Utah Jazz: Rim-rattling swing of momentum sparks Nuggets' rout
Jack Dempsey, AP
DENVER — It's hard to pinpoint a blowout on any particular play, but one moment in the Utah Jazz's 110-91 loss to the Denver Nuggets on Saturday night certainly stands out more than the 150-plus others.
Before the Jazz played like they were waving a white towel in a merciful plea, a wave of another sort completely changed the complexion of this Northwest Division showdown at the Pepsi Center.
Near the end of the third quarter, Gordon Hayward leaped to the rim and slammed the ball in. But while Hayward soared approximately 5,290 feet above sea level, Denver's Kenneth Faried quickly closed in.
Hayward clutched the rim while Faried flew by the suspended-in-thin-air Jazz shooting guard, causing the ball to rattle around before falling into the net.
Had it been deemed legal, the play would've cut the Nuggets' lead to 80-74.
Instead, referee Bennie Adams waved off the basket, claiming Hayward had engaged in offensive goaltending.
"I knew that someone was going to try and come and block it. I thought there was going to be some contact and I think there was a little contact and that's why I hung on to the rim," Hayward said. "I didn't want to get undercut or anything. For whatever reason, I think he thought that me hanging on the rim caused the ball to go in, so I guess you've got to live with that."
Making matters worse — much worse — former University of Utah star Andre Miller hit a 3-pointer 17 seconds later for Denver.
Instead of being down by six going into the fourth quarter, the Jazz found themselves in an 11-point deficit and a deflated state.
The Nuggets opened the fourth with back-to-back buckets, and Utah never recovered from that 7-0 spurt.
"That's a big play," Jazz coach Tyrone Corbin said. "Instead of being down six, you're down 11. They got the momentum coming out (in the fourth). … I thought it was the turning point of the game."
Unfortunately for the Jazz, their own offensive disappearance and the Nuggets' emergence ultimately caused much more interference for Utah than the referees or Hayward's rim-rattling did.
The Jazz only shot 35.9 percent, with starters Hayward, Jamaal Tinsley, Randy Foye, Al Jefferson and Paul Millsap combining to go an ice-cold 16-for-49.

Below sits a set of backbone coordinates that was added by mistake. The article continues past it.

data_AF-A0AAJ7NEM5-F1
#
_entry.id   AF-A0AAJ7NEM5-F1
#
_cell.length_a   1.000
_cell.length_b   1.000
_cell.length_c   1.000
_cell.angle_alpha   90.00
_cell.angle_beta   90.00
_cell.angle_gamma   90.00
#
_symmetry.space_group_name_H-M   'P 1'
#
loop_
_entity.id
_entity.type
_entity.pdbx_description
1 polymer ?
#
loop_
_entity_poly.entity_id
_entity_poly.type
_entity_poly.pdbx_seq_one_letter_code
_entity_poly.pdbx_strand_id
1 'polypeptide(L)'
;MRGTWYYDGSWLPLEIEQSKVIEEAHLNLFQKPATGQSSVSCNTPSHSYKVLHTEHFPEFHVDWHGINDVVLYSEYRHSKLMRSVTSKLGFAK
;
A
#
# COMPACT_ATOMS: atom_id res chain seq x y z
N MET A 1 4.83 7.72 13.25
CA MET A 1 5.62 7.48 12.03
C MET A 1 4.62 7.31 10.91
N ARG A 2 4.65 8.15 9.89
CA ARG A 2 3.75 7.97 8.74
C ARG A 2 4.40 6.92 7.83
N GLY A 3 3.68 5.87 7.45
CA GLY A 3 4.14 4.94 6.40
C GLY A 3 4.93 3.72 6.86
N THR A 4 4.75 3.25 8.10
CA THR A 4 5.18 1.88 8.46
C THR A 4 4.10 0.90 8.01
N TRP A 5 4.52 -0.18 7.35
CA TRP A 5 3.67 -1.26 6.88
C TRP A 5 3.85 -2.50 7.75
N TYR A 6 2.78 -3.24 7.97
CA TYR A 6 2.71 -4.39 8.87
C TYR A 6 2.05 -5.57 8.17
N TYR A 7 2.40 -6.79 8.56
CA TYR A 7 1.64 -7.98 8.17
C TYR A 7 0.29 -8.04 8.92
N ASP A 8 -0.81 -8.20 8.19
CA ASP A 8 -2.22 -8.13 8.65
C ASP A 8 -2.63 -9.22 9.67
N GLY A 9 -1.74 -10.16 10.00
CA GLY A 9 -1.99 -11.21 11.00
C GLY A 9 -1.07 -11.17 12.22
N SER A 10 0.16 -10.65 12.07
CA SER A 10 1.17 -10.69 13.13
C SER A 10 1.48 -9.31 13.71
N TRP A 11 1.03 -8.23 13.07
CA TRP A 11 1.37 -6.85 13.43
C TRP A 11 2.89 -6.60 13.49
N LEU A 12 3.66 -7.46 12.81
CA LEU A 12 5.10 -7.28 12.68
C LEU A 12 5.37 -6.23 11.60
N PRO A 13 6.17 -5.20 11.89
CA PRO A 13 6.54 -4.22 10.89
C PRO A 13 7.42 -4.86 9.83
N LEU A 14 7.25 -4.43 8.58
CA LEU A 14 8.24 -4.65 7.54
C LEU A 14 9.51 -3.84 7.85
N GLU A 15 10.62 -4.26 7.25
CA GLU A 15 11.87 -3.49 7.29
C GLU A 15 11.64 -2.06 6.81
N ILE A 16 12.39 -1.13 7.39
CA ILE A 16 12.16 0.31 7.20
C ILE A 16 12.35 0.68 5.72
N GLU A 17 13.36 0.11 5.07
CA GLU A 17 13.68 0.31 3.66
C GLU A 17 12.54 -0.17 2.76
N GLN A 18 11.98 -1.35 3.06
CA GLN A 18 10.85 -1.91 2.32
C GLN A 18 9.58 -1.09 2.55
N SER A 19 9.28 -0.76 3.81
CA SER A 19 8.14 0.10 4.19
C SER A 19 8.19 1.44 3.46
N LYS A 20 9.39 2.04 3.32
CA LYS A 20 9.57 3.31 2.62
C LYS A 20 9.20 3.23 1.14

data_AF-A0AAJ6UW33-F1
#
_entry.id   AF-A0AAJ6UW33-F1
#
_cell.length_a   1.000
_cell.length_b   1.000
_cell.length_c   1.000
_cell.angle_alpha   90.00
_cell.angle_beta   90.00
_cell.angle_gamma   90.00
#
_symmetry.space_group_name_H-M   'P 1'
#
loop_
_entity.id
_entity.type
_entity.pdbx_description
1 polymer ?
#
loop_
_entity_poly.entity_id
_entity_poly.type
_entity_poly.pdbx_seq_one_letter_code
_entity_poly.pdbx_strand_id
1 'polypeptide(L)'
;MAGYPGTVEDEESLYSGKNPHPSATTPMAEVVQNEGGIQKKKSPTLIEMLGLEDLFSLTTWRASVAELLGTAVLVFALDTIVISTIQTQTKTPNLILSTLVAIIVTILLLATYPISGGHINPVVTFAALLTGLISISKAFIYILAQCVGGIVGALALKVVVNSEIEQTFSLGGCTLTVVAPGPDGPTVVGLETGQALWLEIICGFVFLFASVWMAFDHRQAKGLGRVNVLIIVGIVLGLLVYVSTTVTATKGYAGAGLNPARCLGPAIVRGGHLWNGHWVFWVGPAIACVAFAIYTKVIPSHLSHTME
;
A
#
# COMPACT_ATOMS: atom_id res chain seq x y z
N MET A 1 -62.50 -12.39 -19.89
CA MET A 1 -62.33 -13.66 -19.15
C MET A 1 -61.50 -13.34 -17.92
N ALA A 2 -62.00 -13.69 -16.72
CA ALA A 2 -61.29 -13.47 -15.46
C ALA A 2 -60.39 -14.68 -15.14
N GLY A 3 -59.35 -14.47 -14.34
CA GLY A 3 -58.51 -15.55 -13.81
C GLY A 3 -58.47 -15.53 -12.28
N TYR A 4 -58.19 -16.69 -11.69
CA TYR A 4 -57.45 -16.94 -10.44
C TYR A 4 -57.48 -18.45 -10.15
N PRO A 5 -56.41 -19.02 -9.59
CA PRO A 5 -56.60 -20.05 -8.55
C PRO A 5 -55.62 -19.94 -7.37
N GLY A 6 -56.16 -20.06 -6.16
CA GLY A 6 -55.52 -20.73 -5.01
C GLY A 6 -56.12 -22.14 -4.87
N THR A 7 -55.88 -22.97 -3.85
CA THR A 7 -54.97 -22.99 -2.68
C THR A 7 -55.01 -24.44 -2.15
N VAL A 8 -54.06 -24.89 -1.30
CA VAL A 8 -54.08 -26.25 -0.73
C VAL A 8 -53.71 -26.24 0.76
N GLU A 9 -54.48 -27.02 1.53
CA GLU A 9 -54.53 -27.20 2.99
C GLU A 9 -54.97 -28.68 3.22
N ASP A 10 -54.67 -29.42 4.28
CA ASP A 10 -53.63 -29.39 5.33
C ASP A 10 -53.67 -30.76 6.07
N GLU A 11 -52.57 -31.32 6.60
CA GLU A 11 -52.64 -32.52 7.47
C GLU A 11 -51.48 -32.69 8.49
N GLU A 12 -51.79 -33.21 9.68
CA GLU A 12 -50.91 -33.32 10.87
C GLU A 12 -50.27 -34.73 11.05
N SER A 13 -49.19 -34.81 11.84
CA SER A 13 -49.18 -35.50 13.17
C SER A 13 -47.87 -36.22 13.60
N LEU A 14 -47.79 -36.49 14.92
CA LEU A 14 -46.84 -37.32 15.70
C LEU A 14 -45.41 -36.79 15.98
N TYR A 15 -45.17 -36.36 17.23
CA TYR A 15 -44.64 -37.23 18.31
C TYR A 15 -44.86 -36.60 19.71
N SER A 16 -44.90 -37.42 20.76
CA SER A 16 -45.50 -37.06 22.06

Meanwhile, Denver's Danilo Gallinari was hitting about everything en route to a game-high 26 points for the hot-shooting home team (51.3 percent). Former Jazzman Kosta Koufos spearheaded the Nuggets' superior rebounding effort (48-41) with 13 boards, and Utah got outscored 54-24 in the paint by its Rocky Mountain rivals.
"It wasn't one of our better efforts," Corbin admitted.
Just another step back for this 17-18 team, which continues to shuffle around mediocrity with one stride forward and a step-and-a-half back.
"We played well enough in the first half to win the game, but the second half was just, I don't know what it was," said Jefferson, whose team led 23-21 after the first quarter and only trailed by four at halftime. "We ran out of gas. They just stepped up and we didn't."
Corbin called a timeout only 83 seconds into the second half after Denver opened with a 6-0 run, including a layup by Ty Lawson after he stole an inbounds pass from Millsap.
Minutes later, Utah fought back into it thanks to a 9-0 run, which included a Millsap jumper and free throw and 3-pointers from Williams and Foye.
The Jazz were behind 80-72 when Hayward thought he'd finished off a transition play that began with a Derrick Favors steal.
"I had one in college where I dunked it and it went in the basket and came back out and they called it out, so I've kind of seen it all," Hayward said. "You've just got to live with it, I guess. You've got to move on to the next play."
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